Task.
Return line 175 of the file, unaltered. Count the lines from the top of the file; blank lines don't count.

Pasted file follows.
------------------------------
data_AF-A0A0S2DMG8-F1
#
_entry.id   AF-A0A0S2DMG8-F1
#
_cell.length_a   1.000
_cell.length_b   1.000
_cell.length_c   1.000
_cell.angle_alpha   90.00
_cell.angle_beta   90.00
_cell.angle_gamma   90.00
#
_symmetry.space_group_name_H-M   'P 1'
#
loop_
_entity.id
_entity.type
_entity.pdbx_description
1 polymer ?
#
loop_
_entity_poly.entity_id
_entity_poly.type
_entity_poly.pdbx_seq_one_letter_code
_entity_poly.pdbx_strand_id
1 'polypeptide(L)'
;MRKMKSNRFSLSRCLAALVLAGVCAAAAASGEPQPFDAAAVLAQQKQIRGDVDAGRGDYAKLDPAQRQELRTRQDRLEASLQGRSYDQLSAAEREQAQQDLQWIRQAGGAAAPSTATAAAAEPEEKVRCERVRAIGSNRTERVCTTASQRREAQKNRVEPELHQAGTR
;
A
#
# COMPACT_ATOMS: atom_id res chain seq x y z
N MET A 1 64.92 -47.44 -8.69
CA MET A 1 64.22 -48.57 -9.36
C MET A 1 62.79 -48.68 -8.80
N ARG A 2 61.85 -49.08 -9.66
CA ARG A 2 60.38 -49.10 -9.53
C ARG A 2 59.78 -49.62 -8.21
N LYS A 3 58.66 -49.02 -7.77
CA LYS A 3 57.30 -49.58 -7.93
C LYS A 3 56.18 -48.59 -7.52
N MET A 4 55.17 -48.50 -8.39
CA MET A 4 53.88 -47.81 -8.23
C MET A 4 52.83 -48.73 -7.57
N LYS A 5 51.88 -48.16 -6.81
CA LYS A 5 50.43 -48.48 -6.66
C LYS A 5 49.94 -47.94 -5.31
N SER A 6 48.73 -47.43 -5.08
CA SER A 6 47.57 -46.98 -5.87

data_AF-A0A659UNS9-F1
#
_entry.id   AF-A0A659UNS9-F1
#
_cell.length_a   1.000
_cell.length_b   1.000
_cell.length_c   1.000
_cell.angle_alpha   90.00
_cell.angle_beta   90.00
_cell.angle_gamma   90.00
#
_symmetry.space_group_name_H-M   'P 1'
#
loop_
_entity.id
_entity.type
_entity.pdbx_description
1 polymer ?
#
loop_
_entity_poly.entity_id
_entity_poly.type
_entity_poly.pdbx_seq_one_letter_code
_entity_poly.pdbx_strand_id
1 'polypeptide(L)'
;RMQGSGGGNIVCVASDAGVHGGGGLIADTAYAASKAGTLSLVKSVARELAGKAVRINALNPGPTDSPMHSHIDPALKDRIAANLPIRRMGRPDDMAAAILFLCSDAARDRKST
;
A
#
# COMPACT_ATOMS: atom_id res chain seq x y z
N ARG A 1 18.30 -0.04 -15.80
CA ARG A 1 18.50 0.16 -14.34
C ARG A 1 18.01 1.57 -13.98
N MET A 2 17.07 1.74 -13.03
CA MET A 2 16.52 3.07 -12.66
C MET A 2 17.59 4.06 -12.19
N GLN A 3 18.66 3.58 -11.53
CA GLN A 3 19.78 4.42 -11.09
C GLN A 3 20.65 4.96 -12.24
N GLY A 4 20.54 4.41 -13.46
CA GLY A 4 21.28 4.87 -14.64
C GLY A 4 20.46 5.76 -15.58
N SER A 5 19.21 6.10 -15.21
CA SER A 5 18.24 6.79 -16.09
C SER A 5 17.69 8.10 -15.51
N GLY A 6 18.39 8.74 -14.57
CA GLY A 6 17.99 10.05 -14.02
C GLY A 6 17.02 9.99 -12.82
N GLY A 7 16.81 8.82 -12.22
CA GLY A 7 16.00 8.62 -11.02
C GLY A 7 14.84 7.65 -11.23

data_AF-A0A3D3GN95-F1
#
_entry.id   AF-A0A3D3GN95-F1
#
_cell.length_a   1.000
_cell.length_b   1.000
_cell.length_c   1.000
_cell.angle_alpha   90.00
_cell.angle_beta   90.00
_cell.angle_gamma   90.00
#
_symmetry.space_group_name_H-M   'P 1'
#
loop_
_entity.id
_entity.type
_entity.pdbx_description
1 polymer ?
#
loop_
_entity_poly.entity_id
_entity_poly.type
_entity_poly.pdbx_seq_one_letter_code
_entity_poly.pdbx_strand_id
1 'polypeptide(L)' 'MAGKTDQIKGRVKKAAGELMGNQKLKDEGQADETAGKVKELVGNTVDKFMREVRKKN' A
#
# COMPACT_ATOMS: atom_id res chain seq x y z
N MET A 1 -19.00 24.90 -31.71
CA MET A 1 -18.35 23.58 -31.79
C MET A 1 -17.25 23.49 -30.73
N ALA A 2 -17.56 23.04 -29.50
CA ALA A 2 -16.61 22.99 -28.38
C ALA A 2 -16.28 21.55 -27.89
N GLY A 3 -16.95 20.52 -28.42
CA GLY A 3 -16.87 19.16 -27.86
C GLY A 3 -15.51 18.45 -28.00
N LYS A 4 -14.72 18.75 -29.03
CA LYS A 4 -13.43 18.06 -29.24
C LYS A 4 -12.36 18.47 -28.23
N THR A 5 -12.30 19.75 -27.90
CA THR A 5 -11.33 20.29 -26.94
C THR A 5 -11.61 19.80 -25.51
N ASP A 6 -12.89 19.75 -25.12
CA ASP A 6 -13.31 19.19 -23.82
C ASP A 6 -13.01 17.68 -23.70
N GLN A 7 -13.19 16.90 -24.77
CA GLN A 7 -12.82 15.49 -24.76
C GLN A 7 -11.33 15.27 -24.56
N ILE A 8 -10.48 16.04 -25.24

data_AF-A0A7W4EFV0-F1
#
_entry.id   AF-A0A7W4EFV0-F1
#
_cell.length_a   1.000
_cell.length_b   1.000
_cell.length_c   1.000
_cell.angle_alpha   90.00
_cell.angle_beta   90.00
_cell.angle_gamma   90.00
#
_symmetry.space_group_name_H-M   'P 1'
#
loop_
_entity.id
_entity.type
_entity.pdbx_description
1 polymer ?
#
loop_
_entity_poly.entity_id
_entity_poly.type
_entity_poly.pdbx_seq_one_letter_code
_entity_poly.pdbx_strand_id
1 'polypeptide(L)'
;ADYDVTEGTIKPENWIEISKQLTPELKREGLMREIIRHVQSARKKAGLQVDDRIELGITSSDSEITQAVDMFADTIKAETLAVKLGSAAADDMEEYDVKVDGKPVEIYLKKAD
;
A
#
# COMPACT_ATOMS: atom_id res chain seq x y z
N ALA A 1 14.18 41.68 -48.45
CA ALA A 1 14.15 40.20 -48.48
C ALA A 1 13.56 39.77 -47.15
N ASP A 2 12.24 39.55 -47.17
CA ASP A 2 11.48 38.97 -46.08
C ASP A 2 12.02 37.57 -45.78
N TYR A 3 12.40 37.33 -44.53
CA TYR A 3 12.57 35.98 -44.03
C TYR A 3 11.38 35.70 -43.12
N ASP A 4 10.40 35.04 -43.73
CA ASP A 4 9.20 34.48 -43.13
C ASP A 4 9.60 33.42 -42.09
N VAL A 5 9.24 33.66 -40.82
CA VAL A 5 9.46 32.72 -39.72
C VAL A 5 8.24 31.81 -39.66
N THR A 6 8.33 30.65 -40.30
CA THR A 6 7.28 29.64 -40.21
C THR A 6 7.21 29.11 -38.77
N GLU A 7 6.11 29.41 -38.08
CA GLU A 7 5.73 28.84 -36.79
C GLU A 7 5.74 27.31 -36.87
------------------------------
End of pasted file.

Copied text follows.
A